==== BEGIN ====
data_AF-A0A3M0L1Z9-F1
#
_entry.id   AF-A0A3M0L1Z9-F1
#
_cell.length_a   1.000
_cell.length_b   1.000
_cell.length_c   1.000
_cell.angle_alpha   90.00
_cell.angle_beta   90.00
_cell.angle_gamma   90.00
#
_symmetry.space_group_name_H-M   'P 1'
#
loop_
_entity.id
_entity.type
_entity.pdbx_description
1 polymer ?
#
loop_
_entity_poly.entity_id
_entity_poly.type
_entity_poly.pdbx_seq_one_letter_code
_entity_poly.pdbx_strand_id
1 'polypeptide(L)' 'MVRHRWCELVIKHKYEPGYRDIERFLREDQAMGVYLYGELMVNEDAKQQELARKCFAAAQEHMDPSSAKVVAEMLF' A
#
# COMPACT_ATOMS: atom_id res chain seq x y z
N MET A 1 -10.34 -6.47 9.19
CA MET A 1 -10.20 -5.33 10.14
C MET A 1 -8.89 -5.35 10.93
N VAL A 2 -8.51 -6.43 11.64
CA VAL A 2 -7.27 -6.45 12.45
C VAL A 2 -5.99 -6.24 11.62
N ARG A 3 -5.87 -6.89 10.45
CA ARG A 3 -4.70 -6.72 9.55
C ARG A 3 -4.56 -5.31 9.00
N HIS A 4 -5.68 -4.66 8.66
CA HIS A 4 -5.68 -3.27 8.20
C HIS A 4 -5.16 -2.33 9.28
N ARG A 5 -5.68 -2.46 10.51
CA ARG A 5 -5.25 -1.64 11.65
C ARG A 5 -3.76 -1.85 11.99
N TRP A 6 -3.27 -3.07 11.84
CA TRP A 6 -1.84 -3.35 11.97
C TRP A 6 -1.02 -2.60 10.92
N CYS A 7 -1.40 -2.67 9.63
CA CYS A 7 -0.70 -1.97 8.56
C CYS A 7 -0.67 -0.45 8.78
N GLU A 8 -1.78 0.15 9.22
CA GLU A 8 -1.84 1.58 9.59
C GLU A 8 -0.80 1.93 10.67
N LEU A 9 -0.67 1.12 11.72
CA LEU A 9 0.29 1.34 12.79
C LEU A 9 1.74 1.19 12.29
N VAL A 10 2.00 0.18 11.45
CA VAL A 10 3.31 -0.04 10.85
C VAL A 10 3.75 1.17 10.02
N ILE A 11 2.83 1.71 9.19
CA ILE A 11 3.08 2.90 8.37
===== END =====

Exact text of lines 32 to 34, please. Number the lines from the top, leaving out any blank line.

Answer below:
CA VAL A 2 -7.27 -6.45 12.45
C VAL A 2 -5.99 -6.24 11.62
N ARG A 3 -5.87 -6.89 10.45